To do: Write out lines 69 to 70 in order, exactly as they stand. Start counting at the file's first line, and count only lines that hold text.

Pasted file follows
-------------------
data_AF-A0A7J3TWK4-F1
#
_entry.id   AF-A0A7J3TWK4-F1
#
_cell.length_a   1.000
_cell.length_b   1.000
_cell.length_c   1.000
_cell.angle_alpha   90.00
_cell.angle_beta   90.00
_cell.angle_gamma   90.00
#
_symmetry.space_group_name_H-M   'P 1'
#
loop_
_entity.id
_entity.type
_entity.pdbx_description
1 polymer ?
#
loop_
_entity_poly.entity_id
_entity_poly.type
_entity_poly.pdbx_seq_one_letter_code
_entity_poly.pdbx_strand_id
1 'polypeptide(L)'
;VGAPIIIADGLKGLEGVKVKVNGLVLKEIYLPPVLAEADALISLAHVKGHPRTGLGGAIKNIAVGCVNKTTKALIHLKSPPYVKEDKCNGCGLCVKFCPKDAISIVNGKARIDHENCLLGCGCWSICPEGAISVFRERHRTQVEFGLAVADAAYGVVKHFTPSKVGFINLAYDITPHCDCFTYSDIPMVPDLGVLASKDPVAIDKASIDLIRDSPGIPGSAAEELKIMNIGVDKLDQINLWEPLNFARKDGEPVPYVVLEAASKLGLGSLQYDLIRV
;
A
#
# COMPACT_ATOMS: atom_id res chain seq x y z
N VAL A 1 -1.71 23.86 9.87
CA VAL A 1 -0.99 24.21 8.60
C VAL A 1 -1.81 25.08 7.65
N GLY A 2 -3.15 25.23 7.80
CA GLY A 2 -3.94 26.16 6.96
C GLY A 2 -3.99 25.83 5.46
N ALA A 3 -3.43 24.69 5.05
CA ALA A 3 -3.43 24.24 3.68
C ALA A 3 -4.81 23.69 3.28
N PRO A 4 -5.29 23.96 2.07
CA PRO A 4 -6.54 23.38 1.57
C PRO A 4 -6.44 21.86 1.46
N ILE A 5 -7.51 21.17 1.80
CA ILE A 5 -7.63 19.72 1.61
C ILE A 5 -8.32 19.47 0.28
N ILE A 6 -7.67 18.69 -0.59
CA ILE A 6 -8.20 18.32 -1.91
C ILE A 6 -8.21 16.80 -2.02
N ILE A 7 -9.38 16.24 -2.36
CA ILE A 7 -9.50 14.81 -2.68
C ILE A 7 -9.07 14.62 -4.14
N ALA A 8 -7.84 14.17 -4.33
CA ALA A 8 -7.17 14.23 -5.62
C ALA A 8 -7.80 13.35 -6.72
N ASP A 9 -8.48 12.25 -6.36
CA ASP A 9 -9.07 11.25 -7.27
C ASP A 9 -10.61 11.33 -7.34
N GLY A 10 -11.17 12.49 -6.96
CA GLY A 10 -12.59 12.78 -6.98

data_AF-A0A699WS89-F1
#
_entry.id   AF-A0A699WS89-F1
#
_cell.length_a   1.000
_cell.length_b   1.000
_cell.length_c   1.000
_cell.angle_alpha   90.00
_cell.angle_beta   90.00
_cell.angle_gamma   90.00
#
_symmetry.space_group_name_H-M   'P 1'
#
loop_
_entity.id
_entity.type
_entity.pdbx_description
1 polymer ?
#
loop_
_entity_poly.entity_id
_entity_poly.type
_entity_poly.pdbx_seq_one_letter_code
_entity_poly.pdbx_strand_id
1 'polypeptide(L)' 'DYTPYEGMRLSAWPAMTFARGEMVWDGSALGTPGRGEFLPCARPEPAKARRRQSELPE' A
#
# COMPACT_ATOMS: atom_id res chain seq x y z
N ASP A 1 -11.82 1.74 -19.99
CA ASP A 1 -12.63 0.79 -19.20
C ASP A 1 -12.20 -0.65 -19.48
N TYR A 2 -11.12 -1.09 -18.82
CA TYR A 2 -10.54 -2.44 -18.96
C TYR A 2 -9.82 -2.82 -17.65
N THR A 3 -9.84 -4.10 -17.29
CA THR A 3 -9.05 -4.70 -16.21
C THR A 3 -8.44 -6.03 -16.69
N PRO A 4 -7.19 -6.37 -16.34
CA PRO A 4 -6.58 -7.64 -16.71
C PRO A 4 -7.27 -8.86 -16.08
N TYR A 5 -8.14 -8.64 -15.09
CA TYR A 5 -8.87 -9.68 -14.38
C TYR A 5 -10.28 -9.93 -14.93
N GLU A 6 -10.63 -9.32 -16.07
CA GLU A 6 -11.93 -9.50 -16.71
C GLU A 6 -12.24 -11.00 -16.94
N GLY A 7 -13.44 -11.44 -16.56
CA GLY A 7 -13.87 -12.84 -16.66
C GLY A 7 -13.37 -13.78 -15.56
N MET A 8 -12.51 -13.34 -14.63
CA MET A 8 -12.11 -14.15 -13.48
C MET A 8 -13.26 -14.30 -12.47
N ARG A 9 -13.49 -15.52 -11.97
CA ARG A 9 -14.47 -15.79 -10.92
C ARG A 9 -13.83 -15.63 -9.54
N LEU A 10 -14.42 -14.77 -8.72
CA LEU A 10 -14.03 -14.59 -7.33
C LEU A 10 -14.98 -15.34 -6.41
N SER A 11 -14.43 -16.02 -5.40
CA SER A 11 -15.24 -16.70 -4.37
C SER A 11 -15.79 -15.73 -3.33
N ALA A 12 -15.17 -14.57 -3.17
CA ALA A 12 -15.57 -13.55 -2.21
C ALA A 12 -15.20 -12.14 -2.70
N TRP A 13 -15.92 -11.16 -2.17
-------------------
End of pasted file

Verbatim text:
_cell.angle_gamma   90.00
#